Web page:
WILLMAR -- On July 16, just before 9:15 p.m. Iraqi time, Spc. Jacob Benson, 22, of Willmar was talking with his three closest friends and fellow National Guard soldiers at a military base near Basra, Iraq, when a rocket hit, sending him flying.
"I hit the ground, and I got back up," he said.
What he found were his friends -- Spc. James Wertish, 20, of rural Olivia, Spc. Carlos E. Wilcox IV, 27, of Cottage Grove, and Spc. Daniel P. Drevnick, 22, of Woodbury -- all on the ground, dying. Staff Sgt. Blake Hayden called in an ambulance. It was there within 15 minutes.
"It felt like hours," Benson said.
Benson, a 2005 Willmar High School graduate, has identified himself as the fourth soldier involved in the attack that killed his friends and fellow Minnesotan soldiers assigned to the Stillwater-based military police unit, part of the 34th Infantry Division "Red Bulls."
His wife, Alison, and 1-month-old daughter, Avery, reside in New London. His parents, Dr. Terry and Betty Benson, formerly of Willmar, live in Prior Lake.
During a telephone interview with the Tribune, Benson said that pieces of shrapnel were found in his arm and his back after what reports from Iraq indicate was a rocket attack on the base. He also suffered a concussion and bruises all over his body.
He was later told that it took a struggle to pull him away from the scene. He left only when it was clear that his friends were being taken to the hospital.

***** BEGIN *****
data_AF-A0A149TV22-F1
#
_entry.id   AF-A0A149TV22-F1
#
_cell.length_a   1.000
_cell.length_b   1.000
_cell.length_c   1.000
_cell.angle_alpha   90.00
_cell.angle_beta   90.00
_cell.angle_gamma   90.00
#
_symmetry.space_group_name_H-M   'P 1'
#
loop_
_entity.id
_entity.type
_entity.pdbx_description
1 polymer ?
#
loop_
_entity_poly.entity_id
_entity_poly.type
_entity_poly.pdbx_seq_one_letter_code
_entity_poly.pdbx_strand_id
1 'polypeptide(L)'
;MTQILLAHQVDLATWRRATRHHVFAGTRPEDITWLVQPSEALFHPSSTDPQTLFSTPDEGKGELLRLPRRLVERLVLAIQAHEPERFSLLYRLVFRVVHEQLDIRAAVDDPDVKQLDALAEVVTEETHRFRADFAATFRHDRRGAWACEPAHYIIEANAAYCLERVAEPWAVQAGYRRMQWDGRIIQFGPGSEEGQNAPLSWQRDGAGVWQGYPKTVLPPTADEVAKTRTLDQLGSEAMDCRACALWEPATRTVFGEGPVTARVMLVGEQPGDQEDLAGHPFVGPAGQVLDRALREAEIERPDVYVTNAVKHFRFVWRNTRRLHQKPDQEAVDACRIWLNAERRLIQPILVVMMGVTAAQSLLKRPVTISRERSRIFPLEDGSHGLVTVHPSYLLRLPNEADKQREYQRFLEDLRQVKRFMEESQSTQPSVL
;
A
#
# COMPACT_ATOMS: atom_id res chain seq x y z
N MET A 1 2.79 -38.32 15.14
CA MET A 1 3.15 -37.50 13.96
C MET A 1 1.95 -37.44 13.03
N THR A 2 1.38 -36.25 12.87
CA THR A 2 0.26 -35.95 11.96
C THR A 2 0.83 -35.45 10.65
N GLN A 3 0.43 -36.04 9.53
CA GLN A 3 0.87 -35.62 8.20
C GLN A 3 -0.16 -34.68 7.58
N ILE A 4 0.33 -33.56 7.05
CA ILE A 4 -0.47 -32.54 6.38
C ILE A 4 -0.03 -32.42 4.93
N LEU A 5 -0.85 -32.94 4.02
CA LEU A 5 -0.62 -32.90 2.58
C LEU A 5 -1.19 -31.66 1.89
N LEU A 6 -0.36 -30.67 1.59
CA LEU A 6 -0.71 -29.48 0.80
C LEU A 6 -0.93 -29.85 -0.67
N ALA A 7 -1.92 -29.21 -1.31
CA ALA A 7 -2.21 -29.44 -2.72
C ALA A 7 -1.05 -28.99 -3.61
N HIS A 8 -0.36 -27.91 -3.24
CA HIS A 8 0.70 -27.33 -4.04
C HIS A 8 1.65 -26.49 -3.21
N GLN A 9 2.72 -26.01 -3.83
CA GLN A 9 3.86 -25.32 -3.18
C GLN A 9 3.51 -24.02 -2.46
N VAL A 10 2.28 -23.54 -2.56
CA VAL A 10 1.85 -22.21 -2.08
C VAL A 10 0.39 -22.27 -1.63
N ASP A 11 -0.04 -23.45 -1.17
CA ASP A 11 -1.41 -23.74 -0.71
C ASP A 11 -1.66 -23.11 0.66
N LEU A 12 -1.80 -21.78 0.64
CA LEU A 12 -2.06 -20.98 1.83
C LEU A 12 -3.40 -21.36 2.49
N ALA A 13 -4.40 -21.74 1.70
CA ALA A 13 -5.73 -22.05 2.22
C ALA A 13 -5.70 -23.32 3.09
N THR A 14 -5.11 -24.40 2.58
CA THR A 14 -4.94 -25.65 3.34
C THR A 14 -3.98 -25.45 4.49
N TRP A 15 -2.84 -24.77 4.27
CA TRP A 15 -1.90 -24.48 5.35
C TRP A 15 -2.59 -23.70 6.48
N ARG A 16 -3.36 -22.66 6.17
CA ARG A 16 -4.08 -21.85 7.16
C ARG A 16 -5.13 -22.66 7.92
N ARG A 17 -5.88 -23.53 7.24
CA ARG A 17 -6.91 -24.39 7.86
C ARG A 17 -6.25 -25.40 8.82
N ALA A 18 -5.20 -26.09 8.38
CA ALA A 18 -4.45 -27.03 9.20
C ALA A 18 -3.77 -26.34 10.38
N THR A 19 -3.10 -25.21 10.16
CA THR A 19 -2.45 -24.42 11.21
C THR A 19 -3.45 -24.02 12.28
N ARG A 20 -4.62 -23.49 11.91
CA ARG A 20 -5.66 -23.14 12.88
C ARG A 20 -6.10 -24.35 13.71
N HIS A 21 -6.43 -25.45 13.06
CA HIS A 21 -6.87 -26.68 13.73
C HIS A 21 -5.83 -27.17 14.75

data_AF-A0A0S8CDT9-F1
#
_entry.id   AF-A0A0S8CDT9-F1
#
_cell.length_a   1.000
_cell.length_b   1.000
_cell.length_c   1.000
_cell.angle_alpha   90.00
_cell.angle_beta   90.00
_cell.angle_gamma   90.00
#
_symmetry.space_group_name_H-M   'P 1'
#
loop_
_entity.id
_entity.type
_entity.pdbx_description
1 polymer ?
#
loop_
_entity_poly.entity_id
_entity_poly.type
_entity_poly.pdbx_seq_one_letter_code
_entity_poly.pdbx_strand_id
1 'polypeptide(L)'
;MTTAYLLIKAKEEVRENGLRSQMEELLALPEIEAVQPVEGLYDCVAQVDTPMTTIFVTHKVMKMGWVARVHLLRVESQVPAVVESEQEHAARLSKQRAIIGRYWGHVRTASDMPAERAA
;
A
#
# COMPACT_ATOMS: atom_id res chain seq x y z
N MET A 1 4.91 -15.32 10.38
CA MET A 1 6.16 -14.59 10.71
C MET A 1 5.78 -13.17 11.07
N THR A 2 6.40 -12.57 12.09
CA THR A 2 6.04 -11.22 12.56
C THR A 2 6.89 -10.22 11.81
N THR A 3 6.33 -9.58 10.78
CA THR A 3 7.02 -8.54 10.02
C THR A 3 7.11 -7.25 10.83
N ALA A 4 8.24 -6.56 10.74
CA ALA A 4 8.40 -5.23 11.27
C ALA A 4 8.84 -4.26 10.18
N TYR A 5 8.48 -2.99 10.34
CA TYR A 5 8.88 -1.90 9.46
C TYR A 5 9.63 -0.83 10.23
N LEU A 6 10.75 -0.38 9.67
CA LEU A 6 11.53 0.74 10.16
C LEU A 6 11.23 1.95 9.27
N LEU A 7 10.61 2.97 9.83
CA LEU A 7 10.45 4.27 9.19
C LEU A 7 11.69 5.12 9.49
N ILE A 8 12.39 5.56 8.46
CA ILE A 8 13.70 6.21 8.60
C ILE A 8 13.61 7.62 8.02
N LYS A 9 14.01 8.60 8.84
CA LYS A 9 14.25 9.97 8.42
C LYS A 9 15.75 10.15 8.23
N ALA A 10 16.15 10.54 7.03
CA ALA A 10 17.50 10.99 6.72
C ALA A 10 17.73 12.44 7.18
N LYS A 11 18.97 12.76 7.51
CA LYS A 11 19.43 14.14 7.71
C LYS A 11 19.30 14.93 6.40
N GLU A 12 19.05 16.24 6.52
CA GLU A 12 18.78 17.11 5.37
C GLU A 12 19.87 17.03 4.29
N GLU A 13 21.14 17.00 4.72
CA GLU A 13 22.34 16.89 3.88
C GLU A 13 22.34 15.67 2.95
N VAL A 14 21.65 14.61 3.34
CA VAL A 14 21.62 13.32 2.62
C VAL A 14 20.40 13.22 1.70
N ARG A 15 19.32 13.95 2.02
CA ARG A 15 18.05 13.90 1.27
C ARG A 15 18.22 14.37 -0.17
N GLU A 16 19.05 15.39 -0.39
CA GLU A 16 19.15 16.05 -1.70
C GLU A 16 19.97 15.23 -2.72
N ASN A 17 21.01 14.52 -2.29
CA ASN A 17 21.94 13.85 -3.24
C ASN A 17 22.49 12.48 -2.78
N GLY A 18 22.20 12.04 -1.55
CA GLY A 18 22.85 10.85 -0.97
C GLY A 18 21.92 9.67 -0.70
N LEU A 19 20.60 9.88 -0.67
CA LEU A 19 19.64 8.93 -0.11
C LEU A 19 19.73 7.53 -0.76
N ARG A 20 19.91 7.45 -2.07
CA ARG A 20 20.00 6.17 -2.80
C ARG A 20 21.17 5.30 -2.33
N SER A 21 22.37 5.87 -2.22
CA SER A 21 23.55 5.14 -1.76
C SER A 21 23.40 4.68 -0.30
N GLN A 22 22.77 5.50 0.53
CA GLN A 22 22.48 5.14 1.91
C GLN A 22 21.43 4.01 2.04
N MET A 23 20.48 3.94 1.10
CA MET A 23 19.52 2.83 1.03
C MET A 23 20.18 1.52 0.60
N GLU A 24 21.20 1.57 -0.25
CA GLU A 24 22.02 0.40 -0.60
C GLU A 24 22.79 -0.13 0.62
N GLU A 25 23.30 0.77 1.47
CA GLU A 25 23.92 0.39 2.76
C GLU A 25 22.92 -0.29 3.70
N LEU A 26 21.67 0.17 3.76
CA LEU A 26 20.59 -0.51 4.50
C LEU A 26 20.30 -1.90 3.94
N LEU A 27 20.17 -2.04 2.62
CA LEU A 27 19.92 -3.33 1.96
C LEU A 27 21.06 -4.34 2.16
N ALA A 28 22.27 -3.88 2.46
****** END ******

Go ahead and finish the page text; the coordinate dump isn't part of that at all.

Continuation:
"I was pretty emotional at that point," he said. "They were my brothers in arms. They were my best friends."
Wertish was dead before medics arrived, according to Benson. He said that Wilcox died on the way to the hospital, and Drevnick died soon after arriving.
Benson was taken to a hospital in Kuwait. He stayed there three days before being taken back to the military base in Basra. He said doctors see him every day.
In his six years of service, Benson said he got to know the three soldiers well. Both he and his wife were close friends with Wilcox.
Now, a week after his friends' deaths, Benson is still coping with the shock and pain of their loss.
"It's trouble every day," he said.
He said he wanted everybody to know that the three killed were not only great soldiers, but great friends.
"I want you to put in there: Wilcox made everybody smile. Drevnick was a great guy who made everybody laugh. James was a great friend.
"They were the best soldiers I ever got to know."